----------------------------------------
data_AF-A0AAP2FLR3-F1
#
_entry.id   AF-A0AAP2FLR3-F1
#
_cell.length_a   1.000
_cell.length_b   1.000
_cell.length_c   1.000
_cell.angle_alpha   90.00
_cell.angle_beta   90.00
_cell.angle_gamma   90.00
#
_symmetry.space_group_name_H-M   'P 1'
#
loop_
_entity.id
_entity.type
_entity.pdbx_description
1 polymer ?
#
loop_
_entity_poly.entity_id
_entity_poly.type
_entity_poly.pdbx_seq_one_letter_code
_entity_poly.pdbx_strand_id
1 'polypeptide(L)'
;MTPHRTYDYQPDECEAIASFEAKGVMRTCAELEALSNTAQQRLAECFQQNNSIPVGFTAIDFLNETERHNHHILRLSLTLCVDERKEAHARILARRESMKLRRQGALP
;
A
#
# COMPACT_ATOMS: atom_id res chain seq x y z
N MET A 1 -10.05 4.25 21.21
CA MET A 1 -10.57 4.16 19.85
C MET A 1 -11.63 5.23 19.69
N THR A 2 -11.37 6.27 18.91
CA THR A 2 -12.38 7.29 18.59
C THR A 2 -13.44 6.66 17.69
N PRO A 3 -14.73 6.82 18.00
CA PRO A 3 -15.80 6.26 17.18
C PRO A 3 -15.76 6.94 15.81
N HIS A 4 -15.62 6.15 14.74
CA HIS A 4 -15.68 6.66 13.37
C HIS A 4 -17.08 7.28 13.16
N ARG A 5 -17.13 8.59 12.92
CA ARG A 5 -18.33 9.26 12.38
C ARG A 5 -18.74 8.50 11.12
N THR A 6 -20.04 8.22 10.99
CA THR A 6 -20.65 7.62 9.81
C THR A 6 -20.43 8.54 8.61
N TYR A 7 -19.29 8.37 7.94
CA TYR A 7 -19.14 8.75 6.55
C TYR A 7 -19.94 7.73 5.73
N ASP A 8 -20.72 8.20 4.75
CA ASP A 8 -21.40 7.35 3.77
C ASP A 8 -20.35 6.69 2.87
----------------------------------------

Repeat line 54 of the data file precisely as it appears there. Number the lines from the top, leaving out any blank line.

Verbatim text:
C ASP A 8 -20.35 6.69 2.87